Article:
The Importance and Role of APIs That Make Streaming Media Possible
As content providers strive to make the streaming viewer experience more personalized and friction-free, the role of API-enabled microservices is growing rapidly. But, just like the complex interactions that occur under the hood of your car, many probably don’t think much about the APIs that make feature-rich services possible. After all, they just work, until they don’t. And it doesn’t take much to frustrate subscribers who can switch to another provider with the click of their remote or a command to Alexa or Siri. Without APIs, streaming media services would not exist. There are three broad phases of a typical streaming media experience where APIs are essential:
- Phase 1 – Login and selection: When the viewer opens the app, their saved credentials are checked against a subscriber database and they are automatically authenticated. Information stored in their user profile is then fetched, allowing the app to present a personalized carousel of content based on the subscriber’s viewing history and preferences, including new releases and series the viewer is watching or has watched recently. This involves a recommendation engine responsible for delivering the thumbnail images of recommended content for the subscriber. APIs must accomplish all of this in seconds.
- Phase 2 – Initiating playback: Once the subscriber has selected their content and pressed “play,” a manifest request is generated, providing a playlist for accessing the content. This may involve interactions with licensing databases and/or advertising platforms for freemium content, all handled by APIs.
- Phase 3 – Viewing experience: During playback, APIs manage multiple aspects of the experience, including serving up ads. In some cases, these ads may be personalized for the subscriber, requiring a profile lookup. If the subscriber decides to switch platforms midstream—say from their big-screen TV to their tablet—APIs come into play to make that transition seamless, so the content picks up right where it paused on the other platform.
API calls are occurring throughout playback, tracking streaming QoS to optimize performance given the subscriber’s bandwidth, network traffic and other conditions. Additional information, such as whether the subscriber watched the entire movie or bailed out partway through, may be delivered back to their profile to further refine their preferences (Most content providers only count a program “watched” once the subscriber has reached some percentage of completion). That’s just a high-level view—in practice, there may be hundreds or thousands of API interactions, each of which must occur in milliseconds to make this complex chain of events happen seamlessly. If just one of these interactions breaks down, the user experience can quickly go from streaming to screaming.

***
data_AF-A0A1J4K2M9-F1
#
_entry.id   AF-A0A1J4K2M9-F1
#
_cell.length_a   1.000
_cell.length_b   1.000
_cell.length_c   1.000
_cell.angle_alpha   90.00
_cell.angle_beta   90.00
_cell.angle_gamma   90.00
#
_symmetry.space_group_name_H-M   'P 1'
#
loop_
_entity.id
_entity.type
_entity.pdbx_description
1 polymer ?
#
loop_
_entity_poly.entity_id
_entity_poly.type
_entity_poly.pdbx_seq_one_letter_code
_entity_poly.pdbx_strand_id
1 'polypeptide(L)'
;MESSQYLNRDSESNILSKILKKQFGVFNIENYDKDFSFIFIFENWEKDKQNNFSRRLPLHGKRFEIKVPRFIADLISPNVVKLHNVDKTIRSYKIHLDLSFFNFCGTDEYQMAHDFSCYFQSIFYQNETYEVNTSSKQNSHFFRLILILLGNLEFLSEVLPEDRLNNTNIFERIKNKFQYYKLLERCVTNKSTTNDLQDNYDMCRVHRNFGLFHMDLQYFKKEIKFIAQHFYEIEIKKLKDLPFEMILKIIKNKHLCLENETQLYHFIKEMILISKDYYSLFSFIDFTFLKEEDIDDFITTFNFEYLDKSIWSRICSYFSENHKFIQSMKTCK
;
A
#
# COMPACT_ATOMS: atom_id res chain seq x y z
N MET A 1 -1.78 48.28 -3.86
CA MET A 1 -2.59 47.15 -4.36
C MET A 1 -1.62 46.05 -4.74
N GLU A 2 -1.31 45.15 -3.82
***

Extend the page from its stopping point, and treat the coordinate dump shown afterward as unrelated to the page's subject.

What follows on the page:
With APIs being so critical to the user experience there are many potential points of failure. The wrong profile may be loaded. The recommendation engine may not serve up the suggested content thumbnails. The manifest request could fail, triggering the dreaded “spinning wheel of death,” preventing content from loading. Ads may hang up, disrupting or even blocking playback completely. Some of these API failures are merely annoying—but others are in the critical path, preventing content delivery.
In addition to APIs essential for playback functions—manifest calls, beaconing for QoS, personalization, etc.—other APIs play crucial roles for business intelligence. APIs that gather data on user engagement, such as percentage of completion of content, are important for analytics that inform critical decisions impacting content development budgets and advertiser negotiations. This data is also used for subscriber interactions outside the platform, such as email touches to encourage subscribers to continue watching a series or alert them to new content matching their preferences. Continually keeping a finger on the pulse of subscriber behavior is crucial for business decisions that create a sticky service that builds subscriber loyalty. APIs make it possible.
Given the role APIs play, ensuring their performance, reliability and security should be a priority for streaming media providers. The first step is recognizing their importance and understanding which APIs are in the critical path. These may need a higher degree of protection, such as having backups for them. Delivering critical APIs from the edge, from endpoints closer to the subscriber, can also help maximize both their reliability and their performance. Another good practice is keeping your APIs on separate hostnames from your content (api.domain vs. domain/api), allowing each to be tuned for optimum performance and reliability. Making sure your content delivery network has robust security features is also important, as APIs are an increasingly common vector for cyberattacks, which is why you are seeing more CDN vendors offering API protection services.
With consumers demanding a continuous supply of new streaming features and capabilities, APIs will only become more numerous and more critical to business success. So it only makes sense to pay as close attention to how your APIs are architected and delivered as you do to your content.